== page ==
If you are reading this column, I have good news for you: The world didn't end Friday. In case you missed it, a lot of folks were worried it would.
All of this is because of an old Mayan calendar. The Mesoamerican Long Count calendar, created by Mayans in 3114 B.C. and carved into stone, contains entries for every single day from that time right up until Dec. 21, 2012. Then it simply stops. The Mayans may have simply run out of symbols or stone or broke their chisels at that point, or they may have been trying to give us a warnin. But as a result a whole lot of present-day folks seem convinced that we shouldn't bother ordering 2013 refills on our day planners.
I personally don't put much stock in this or Mayans in general. If Mayans truly had the ability to tell the future, they would have ended their calendar right around 1300 when the peasantry revolted and their civilization died out. The idea that prognosticating Mayans would take the time to carve a big long calendar out of stone for use by the folks who were going to conquer them seems a little perverse. If Mayans had such Nostradamus-like powers, they would have chiseled a big entry for some time in late December 1299 that said, "Pack your bags and head for the hills! Also, watch out for peasants!"
Many folks seem to think the world will end not with a big explosion but with zombies roaming the streets. There will be a few people left holed up in houses with boarded up windows, hoping the zombies out in the street don't come and eat their brains. If this does happen, I will volunteer to be one of the first zombies. The people holed up in houses are likely to spend all their time screaming at each other and worrying, while the zombies get to roam about at will, looking for their next meal. Zombies limp and lurch and look pretty dirty, but they don't seem to have to work, pay bills, walk their dogs or worry about brushing their teeth. The zombie lifestyle seems pretty laid-back.
There also seems to be a lot of people out there stockpiling supplies for the apocalypse, whether it's a zombie one or just a massive power outage that forces us to attack each other like savages. These folks have lined their basements with jugs of water, and they've got freeze-dried food stuffed away on shelves. The problem with these doomsday planners is they always have to brag about how they will ride out the coming end of the world while the rest of us will starve. They don't realize that we're actually listening, if only half listening, and we now know what to do when all the lights go off -- We'll all just run together to their house, pull the plywood off the windows and have a big meal. And if I do end up as a zombie, that's the first house I'm going to -- I'm sure I will eat their brains but wouldn't turn away jumbo cans of beans and piles of beef jerky and a jug of fresh water to wash it down.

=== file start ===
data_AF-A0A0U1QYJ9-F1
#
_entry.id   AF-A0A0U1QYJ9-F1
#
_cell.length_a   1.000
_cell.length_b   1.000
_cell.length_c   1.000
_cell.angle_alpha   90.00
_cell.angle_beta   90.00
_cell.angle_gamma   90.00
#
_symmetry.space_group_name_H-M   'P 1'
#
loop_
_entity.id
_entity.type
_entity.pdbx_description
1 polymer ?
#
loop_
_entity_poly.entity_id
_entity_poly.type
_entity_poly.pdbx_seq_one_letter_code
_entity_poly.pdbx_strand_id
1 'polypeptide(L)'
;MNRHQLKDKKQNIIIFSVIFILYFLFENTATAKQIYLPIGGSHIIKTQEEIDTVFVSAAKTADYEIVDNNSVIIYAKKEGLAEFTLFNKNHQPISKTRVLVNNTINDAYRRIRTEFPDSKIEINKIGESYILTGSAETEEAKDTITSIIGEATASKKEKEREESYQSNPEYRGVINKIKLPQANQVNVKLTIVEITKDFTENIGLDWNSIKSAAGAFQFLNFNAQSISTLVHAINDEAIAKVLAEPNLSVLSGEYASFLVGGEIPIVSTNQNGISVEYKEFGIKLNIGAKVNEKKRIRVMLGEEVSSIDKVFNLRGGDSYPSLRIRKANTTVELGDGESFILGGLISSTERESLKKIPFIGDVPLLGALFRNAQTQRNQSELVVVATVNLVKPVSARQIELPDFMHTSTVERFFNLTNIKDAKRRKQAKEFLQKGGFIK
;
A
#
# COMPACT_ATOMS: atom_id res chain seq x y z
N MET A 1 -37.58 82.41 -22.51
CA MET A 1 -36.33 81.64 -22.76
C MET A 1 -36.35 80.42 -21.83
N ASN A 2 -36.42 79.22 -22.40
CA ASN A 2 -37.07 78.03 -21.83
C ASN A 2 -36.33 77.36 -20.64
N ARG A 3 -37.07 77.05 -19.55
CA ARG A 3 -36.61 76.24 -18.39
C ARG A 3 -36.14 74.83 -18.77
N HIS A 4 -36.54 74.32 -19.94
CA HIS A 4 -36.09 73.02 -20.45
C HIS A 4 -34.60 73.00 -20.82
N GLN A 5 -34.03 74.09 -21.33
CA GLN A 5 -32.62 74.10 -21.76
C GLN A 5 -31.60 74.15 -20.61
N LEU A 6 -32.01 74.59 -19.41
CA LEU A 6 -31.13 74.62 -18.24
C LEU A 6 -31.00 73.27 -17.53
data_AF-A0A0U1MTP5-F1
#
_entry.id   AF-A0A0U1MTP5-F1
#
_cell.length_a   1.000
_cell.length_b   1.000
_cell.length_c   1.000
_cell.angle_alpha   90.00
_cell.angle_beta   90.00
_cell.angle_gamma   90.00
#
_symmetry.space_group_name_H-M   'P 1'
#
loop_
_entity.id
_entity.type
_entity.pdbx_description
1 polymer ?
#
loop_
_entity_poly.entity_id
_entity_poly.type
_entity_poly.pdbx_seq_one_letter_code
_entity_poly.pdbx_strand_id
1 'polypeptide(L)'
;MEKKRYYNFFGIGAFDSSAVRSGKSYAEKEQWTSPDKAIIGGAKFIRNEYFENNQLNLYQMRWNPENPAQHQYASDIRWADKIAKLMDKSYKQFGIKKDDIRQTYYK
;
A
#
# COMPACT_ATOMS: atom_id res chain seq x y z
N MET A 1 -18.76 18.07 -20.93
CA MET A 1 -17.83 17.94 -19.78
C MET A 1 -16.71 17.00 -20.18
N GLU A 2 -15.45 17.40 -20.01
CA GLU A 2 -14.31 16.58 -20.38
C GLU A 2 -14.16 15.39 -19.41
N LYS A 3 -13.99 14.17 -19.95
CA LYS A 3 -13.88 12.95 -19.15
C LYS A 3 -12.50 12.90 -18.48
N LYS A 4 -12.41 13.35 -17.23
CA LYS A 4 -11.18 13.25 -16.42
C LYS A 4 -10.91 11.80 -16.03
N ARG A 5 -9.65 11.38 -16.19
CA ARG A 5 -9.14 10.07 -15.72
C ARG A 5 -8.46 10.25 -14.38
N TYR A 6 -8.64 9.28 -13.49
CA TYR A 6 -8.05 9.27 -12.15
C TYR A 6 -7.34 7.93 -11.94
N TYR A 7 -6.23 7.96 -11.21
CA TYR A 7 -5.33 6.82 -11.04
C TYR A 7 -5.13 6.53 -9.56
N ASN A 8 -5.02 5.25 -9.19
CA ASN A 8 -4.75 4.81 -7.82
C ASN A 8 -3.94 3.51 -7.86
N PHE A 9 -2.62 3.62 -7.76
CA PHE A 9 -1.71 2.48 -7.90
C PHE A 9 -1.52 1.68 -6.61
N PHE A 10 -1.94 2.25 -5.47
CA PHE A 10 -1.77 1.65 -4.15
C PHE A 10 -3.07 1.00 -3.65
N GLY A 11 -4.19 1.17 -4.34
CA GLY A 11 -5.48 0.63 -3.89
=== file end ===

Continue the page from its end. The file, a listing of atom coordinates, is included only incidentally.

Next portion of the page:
Of course none of this matters. If the Mayans were right, and the world ends with a big explosion on Dec. 21, then all your preparations were kind of pointless, weren't they? Your 3,000 rolls of toilet paper, 800 jugs of distilled water, and case after case of energy bars are going to get blown to smithereens and will fly off into space just like bits of the Eiffel Tower and Mount Rushmore. I'm not going to plan for the apocalypse. I'm just going to wait for it to come to me and play it by ear.
If you are one of those people stocking up for the end of days, you're probably not reading this column. You get the paper, I'm sure, but you probably use it to cover your windows or roll it up for use as toilet paper when your 3,000 rolls are used up. Either way, be it a zombie apocalypse or just a regular old neighbor vs. neighbor one, soon after the big event, you should expect a banging on the plywood you've got covering your windows.
It's going to be me, and I'm going to be very, very hungry. And if you've got any brains, you'd better head for the hills.
Homemaking is a column about the people, projects and pride that make a house a home. Peter McKay, a Ben Avon resident, is a nationally syndicated columnist with Creators Syndicate. To see past columns, go to www.post-gazette.com. Contact him at www.peter-mckay.com.